7) There need be at least five lock-in buttons immediately in front of the joystick slides. These are programable tool choices for each robonics arm. The tool chosen should appear in red lettering at the top of the view screen.

8) There should be a row of five lock-in buttons parallel to the left of each joystick slide. These will determine which robonics arm will be used in multi-arm constructions.

9) There should be a line of lock-in buttons parallel to the right of each joystick slide; These buttons are to lock in varying amounts of torque used in lbs.

10) There is a big, red depression button centered between the center of the two joystick slides. This is machine operation button: It activates the machine in the view screen.

A) Machine will not operate if the clearance lockouts are violated, and a buzzer will sound.

11) Immediately in front of the red machine-operation button is a smaller black depression button; this brings to the computer screen the operating procedures for the machine shown, plus all specifics necessary for operation.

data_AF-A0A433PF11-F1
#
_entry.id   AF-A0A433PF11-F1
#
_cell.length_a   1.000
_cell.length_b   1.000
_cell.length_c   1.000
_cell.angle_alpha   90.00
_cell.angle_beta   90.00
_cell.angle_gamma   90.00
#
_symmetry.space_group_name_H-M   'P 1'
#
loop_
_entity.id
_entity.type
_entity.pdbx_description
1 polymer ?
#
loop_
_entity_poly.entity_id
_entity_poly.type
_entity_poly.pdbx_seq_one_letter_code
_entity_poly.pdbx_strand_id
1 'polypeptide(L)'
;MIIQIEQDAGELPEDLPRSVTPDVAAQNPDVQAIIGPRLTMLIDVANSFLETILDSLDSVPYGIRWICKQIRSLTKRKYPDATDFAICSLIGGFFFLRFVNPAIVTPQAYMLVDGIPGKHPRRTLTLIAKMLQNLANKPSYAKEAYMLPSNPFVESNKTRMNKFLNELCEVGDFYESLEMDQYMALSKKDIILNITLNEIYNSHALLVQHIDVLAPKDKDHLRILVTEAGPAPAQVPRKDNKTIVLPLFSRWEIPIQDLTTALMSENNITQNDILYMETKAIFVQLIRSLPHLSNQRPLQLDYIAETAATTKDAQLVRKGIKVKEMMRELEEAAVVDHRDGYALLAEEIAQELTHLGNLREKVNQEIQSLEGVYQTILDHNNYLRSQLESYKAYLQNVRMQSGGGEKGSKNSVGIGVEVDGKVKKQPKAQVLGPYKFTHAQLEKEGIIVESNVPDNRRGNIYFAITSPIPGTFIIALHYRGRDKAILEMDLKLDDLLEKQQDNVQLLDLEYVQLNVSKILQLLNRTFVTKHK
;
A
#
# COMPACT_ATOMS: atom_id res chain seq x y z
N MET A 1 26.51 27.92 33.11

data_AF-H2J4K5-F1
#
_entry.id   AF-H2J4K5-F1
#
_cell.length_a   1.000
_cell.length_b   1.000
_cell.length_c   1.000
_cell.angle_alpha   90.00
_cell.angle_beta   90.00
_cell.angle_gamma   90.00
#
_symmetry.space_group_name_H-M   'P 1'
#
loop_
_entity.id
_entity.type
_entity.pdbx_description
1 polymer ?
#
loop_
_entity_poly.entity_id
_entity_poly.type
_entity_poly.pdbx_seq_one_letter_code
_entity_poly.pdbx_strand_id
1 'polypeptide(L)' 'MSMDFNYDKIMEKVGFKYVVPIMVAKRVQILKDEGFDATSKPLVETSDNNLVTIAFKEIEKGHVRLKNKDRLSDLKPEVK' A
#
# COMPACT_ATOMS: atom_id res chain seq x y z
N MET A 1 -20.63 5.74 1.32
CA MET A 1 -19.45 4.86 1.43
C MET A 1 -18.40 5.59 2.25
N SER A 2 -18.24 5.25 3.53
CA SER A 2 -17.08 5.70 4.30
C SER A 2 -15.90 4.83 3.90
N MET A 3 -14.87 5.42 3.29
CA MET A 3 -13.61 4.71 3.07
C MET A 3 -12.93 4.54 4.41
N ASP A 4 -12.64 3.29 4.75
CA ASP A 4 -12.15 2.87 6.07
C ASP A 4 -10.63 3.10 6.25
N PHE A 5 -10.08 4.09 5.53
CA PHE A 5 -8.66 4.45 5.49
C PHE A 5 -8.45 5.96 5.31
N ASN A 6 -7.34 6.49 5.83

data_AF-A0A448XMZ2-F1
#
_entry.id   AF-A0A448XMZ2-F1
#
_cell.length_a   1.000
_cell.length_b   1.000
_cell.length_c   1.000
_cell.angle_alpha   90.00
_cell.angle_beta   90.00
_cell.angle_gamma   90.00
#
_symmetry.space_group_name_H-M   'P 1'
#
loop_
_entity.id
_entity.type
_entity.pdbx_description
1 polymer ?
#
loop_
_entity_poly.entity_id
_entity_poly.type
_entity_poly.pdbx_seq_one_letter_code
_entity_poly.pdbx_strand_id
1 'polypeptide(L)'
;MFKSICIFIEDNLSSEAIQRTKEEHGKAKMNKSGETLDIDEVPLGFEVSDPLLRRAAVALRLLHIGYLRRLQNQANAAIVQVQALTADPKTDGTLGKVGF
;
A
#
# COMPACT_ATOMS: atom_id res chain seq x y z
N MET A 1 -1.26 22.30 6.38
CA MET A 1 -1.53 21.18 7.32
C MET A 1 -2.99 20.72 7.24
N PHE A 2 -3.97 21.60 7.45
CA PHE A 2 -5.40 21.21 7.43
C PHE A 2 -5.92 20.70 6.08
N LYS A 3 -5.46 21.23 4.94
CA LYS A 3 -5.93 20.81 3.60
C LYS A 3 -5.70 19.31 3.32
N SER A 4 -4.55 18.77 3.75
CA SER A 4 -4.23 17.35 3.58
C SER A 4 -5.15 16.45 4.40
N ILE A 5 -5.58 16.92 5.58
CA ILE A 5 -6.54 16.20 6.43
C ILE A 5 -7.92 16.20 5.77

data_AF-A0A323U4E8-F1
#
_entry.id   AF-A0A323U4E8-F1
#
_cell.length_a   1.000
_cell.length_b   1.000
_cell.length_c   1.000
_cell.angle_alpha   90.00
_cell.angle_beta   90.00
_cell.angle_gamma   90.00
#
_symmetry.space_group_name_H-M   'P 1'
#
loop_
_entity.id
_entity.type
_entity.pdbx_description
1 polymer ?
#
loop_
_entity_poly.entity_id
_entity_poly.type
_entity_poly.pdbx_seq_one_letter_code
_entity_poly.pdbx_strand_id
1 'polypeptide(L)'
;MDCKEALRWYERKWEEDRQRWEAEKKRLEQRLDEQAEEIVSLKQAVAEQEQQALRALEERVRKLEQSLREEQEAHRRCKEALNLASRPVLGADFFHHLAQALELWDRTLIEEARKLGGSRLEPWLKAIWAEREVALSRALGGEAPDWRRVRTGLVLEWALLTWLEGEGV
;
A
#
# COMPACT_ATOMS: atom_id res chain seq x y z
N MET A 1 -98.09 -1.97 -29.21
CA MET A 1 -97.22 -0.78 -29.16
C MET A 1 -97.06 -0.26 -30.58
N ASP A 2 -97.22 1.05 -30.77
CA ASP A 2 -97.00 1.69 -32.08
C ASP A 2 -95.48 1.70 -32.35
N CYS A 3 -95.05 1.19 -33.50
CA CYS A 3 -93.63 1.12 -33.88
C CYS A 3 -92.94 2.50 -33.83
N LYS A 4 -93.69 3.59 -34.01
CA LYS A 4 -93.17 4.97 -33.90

12) Immediately in front of the lock-in buttons to determine choice of tool, there must be a dial to adjust focus of view of the tool surface and machine of the joystick arm. Beside it must be a depress button, which starts an automated cleaning operation to clean the specific optics of the arm.

13) There must be a third screen plus keyboard on the Work Station; this is where you will program in part dimension tolerance before operation, and another set after operation. These will be given in x,y,z axises.

A) This screen and keyboard has multiple functions:

i) under measure measurement testing, a computer simulation will appear, and straight red lines will show the distance off dimension tolerance, with a red lettering to the inside of red line which gives the exact variance.

ii) This can be programed to accept dimension tolerance allowance.

B) This screen and keyboard also programs the correct positioning of robonic arm clamps in withdrawing the part from the import bin and placement in the machine, and the proper grip of the part for extraction from the machine and placement in the export bin.